Can you have sex in space?

Astronauts have confirmed over the past few decades that in space, the flesh is willing. But truth be told, we don’t even know if you can actually do the fun part of making space kids. While the moon and Mars provide some gravity, a vast majority of data on space physiology comes from orbital space stations, where astronauts hang in constant free fall. Weightlessness is ideal for physics problems but not for intercourse; a nudge toward you will send you flying backward with equal and opposite momentum. Without the familiar frame of reference provided by Earth’s gravity, concepts like “top” and “bottom” are without physical meaning. All of this will make the orientationless mambo awkward. The space popularizers James and Alcestis Oberg wrote in 1986 that those who attempt the act “may thrash around helplessly like beached flounders until they meet up with a wall they can smash into.”

Assuming this is undesirable, you’ll want something that keeps people together. The engineer and futurist Thomas Heppenheimer called for an “unchastity belt.” Another concept, pitched by Samuel Coniglio, a former vice president of the Space Tourism Society, is the “snuggle tunnel.” There’s also Vanna Bonta’s 2suit, which would keep a weightless couple connected via Velcro straps.

I don’t know…those options sound like they could be experimented with here on Earth, so why go to space?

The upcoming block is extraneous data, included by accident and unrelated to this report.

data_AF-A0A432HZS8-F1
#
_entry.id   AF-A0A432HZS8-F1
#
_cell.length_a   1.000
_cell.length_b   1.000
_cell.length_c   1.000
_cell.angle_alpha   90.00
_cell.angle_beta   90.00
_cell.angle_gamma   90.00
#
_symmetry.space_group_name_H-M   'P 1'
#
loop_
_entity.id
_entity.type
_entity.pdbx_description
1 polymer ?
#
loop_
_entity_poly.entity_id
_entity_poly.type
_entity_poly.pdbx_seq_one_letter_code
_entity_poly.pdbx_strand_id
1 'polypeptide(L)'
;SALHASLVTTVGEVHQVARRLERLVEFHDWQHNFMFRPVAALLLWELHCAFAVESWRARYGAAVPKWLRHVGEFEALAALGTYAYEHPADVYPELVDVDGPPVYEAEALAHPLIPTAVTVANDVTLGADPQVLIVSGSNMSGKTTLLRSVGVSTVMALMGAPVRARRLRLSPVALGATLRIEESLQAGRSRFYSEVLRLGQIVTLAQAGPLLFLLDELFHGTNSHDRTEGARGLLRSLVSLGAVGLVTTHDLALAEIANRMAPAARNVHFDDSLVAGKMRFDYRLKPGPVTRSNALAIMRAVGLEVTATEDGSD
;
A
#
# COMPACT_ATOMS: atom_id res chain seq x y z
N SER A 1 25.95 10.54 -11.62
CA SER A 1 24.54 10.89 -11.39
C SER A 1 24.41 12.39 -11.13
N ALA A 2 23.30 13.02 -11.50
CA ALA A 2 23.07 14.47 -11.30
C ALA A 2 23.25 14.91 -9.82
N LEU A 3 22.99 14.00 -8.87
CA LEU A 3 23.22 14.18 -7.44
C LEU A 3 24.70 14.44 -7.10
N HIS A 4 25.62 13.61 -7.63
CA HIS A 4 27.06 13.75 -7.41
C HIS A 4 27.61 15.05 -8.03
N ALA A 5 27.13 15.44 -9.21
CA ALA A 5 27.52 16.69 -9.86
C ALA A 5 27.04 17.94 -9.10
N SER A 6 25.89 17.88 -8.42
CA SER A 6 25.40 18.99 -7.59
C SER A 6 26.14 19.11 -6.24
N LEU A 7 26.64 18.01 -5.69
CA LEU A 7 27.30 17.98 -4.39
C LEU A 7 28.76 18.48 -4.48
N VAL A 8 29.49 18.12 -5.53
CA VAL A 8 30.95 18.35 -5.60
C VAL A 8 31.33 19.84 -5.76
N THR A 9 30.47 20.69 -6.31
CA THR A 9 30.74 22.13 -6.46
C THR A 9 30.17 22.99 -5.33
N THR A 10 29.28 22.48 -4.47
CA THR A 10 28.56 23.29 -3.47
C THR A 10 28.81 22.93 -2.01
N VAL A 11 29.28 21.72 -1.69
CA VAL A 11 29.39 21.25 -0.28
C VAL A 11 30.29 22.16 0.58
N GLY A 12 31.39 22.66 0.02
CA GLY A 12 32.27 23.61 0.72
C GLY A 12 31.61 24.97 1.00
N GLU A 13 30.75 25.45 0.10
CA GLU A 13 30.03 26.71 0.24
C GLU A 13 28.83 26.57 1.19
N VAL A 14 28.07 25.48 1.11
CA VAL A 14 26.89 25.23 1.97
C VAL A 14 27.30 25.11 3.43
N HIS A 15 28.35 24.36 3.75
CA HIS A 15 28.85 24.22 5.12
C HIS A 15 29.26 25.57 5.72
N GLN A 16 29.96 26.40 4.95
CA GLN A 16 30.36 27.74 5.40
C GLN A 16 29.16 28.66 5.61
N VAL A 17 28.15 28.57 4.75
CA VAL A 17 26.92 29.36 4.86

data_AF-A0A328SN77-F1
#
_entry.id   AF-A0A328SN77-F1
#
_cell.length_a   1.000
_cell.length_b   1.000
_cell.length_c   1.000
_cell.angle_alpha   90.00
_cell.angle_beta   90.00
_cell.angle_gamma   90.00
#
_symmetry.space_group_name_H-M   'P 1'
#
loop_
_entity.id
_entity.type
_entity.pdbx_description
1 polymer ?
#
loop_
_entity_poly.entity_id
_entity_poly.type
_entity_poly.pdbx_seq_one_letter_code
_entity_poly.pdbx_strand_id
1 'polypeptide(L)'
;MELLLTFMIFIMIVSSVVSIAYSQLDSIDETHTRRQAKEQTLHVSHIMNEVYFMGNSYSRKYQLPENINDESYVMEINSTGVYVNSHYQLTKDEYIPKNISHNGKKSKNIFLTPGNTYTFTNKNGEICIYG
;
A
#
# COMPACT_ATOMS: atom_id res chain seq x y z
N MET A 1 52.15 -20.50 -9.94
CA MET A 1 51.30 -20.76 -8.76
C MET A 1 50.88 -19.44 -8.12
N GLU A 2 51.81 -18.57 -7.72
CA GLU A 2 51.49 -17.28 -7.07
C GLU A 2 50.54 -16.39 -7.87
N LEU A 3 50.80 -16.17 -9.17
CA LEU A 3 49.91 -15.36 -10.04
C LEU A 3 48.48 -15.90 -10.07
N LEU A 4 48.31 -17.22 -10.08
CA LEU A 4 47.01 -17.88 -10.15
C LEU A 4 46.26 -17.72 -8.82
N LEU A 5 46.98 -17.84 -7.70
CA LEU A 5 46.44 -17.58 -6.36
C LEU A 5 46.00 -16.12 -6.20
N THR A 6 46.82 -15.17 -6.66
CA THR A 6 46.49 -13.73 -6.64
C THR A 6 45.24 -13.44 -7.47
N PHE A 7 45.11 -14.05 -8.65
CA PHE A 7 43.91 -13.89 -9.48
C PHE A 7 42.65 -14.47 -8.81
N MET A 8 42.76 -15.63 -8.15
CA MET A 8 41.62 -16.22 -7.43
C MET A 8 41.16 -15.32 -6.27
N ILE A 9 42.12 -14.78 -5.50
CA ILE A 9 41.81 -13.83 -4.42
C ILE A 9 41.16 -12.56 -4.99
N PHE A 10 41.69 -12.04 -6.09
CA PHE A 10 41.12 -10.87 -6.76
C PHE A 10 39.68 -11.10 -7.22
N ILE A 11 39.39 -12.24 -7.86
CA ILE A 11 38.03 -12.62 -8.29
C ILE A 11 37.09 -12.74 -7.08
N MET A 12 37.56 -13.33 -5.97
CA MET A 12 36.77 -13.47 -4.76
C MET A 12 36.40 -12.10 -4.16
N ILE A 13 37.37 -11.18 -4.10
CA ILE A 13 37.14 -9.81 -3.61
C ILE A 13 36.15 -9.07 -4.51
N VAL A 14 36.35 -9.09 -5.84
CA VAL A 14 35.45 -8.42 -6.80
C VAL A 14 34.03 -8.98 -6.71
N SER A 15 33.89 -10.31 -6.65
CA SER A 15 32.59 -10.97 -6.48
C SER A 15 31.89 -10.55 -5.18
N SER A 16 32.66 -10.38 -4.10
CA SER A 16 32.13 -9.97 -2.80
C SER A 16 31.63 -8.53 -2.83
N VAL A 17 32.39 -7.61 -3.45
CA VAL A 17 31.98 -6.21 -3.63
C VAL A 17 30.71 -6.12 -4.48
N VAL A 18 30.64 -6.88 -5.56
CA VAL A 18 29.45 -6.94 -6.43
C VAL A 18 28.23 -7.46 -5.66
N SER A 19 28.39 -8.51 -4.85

After thrashing around helplessly like beached flounders, you may work up an appetite. What to do next? Have you considered space cannibalism?

Professor, prolific author, and triathlete, Dr. Erik Seedhouse wrote an analysis of space cannibalism in “Survival and Sacrifice in Mars Exploration.” We don’t know Mr. Seedhouse personally, and he didn’t respond to our email, but we will note that his book’s index contains precisely one entry on “behavioral challenges,” a very important topic, but five entries on the gustatory mode of crew integration.

Seedhouse asks: “Imagine you’re stranded on the Red Planet with three crewmembers. You have plenty of life-support consumables but only sufficient food to last one person until the rescue party arrives. What do you do?… One day, while brewing coffee for breakfast, you realize there are three chunks of protein-packed meat living right next to you.”

He argues that the largest people should sacrifice themselves first, since they both consume and provide the most food. We don’t know where Seedhouse would fall in the buffet line because we couldn’t find his height and weight online, and honestly we’re scared to ask.

Mostly because his book includes a weirdly detailed look at how to butcher Homo sapiens. Also, on page 144, the reader will find a photo of ten astronauts floating happily in space, with the caption: “In the wrong circumstances, a spacecraft is a platform full of hungry people surrounded by temptation. Is it wrong to waste such a neatly packaged meal?”

Is one of the space people Elon Musk? I think that would influence my answer. He doesn’t look particularly appetizing, so this would be a question of performing a distasteful service that would benefit all of humankind.

I’ll let you know when my copy of the book arrives. The first thing I’ll be looking for in the index is “spiders,” because I think they’d thrive particularly well in low-G environments. Is the city on Mars specifically for spiders?